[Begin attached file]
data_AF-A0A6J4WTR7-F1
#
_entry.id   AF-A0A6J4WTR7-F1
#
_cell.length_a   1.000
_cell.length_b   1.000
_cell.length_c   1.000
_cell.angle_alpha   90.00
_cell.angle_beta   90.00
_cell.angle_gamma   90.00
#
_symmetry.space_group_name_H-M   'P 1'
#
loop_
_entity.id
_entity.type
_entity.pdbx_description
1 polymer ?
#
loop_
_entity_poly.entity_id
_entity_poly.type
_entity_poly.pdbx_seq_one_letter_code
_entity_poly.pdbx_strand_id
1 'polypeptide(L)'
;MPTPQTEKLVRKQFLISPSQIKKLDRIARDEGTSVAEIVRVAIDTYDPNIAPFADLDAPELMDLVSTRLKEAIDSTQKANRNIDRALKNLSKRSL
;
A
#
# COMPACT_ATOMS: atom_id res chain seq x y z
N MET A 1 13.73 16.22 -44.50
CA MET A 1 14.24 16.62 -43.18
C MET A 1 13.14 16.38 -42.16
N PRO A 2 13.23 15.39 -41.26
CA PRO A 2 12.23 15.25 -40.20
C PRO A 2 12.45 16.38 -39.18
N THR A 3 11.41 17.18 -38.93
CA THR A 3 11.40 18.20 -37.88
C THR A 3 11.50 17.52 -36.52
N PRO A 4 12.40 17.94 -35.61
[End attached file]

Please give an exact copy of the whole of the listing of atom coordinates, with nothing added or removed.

data_AF-A0A6J4WTR7-F1
#
_entry.id   AF-A0A6J4WTR7-F1
#
_cell.length_a   1.000
_cell.length_b   1.000
_cell.length_c   1.000
_cell.angle_alpha   90.00
_cell.angle_beta   90.00
_cell.angle_gamma   90.00
#
_symmetry.space_group_name_H-M   'P 1'
#
loop_
_entity.id
_entity.type
_entity.pdbx_description
1 polymer ?
#
loop_
_entity_poly.entity_id
_entity_poly.type
_entity_poly.pdbx_seq_one_letter_code
_entity_poly.pdbx_strand_id
1 'polypeptide(L)'
;MPTPQTEKLVRKQFLISPSQIKKLDRIARDEGTSVAEIVRVAIDTYDPNIAPFADLDAPELMDLVSTRLKEAIDSTQKANRNIDRALKNLSKRSL
;
A
#
# COMPACT_ATOMS: atom_id res chain seq x y z
N MET A 1 13.73 16.22 -44.50
CA MET A 1 14.24 16.62 -43.18
C MET A 1 13.14 16.38 -42.16
N PRO A 2 13.23 15.39 -41.26
CA PRO A 2 12.23 15.25 -40.20
C PRO A 2 12.45 16.38 -39.18
N THR A 3 11.41 17.18 -38.93
CA THR A 3 11.40 18.20 -37.88
C THR A 3 11.50 17.52 -36.52
N PRO A 4 12.40 17.94 -35.61